Name: Nancy Sathre-Vogel
Location: Boise, Idaho
I’m Nancy, a long-time beader. As a professional teacher, I spent three years on the Navajo reservation back in the 1980s – and that’s where I learned to bead. Once my husband and I decided to move overseas to teach – first to Egypt, then Ethiopia, Taiwan, and Malaysia – my bead addiction got serious. Having access to phenomenal beads from around the world has a tendency to do that to a person.
In 2006, I made the decision to put both teaching and beading on hold for a while as my family and I spent a few years traveling on our bicycles. Altogether, we spent four years on our bikes, including a 17,000-mile jaunt from Alaska to Argentina. Now we are back in Boise, Idaho and are loving being part of a larger community.
How long have you been beading? Oops – I mentioned that one above. I started beading back in the late 1980s.
When did you first try bead embroidery as a technique? I remember the exact moment! We were flying from Ethiopia back to Idaho (a 35-hour journey) and I decided to use that plane time to learn how to embroider. Before we left Ethiopia, I glued a beautiful fossilized coral cab to some backing, and during the flight I played with my beads. I will say that piece is still one of my favorites.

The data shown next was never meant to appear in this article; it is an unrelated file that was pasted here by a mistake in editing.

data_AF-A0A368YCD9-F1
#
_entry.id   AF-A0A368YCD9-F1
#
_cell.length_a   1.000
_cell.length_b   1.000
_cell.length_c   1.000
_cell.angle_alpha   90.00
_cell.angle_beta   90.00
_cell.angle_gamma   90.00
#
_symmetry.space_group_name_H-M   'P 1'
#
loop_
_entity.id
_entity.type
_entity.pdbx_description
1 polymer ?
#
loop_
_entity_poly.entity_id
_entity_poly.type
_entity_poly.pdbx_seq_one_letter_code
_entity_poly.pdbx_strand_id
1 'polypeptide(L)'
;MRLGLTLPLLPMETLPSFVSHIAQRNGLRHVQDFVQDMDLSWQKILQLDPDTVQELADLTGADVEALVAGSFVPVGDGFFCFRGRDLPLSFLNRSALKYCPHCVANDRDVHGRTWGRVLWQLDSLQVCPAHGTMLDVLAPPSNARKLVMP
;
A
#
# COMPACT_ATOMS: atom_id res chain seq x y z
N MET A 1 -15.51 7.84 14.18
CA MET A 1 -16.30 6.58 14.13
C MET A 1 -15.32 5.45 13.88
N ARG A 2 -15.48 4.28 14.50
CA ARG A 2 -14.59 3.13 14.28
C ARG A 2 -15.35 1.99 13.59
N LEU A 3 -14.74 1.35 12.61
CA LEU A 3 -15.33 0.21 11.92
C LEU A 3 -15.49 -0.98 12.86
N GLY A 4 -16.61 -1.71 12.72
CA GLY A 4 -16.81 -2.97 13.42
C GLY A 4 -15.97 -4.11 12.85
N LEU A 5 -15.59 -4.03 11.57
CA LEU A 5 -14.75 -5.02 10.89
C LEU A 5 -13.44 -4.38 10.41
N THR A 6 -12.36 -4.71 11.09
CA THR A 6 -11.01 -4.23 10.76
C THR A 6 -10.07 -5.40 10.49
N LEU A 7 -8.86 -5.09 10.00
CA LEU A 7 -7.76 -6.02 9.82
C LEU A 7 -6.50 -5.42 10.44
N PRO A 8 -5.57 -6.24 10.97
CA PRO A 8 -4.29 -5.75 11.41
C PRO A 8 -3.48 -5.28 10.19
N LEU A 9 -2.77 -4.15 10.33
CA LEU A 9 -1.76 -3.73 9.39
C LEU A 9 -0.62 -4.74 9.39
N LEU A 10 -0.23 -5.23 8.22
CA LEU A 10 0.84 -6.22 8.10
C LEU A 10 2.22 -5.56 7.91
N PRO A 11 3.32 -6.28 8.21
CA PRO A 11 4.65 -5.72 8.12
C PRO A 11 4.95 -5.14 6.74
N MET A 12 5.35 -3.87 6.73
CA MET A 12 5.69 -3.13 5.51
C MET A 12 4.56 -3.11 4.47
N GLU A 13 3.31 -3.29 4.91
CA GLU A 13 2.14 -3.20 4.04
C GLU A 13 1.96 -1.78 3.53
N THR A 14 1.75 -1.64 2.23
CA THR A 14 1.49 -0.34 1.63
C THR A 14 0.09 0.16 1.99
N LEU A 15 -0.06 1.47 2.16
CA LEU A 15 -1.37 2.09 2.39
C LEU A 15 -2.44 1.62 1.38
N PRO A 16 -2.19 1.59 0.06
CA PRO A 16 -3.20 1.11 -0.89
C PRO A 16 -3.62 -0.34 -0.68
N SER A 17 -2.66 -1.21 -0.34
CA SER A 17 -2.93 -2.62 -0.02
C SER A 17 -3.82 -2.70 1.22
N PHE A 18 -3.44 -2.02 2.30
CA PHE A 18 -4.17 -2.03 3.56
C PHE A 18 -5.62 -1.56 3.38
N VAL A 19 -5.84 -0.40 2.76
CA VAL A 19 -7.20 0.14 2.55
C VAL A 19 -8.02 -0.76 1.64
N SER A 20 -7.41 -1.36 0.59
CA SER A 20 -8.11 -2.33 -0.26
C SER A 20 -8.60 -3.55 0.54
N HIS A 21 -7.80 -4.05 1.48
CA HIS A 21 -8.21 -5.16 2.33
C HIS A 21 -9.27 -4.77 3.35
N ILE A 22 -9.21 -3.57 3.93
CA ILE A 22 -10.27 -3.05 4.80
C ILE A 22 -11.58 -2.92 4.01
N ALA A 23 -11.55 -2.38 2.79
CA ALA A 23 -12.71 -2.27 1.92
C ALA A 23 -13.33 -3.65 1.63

Why do you like bead embroidery? I do primarily freeform peyote and bead embroidery – both allow unbridled freedom to go where the beads tell me they want to go. I love the organic feel of both of those techniques.
What are your inspirations and influences? Everything and anything. As we traveled the world, I was always inspired by what was around me. I can tell, simply by looking at a piece, where we were when I made it.
What are your favorite materials? I LOVE vintage and antique beads and components! I’ve collected interesting bits and pieces throughout the world and enjoy working them in to whatever I’m making.
What defines your style? Eclectic. Big time. I use beads and pieces from many different cultural regions, which means each piece is unique.
What are your future goals with beading? To continue to have fun. If I ever get to the point where beading is no longer enjoyable, then I’ll quit and move on to something else. I’ll go where my beads take me.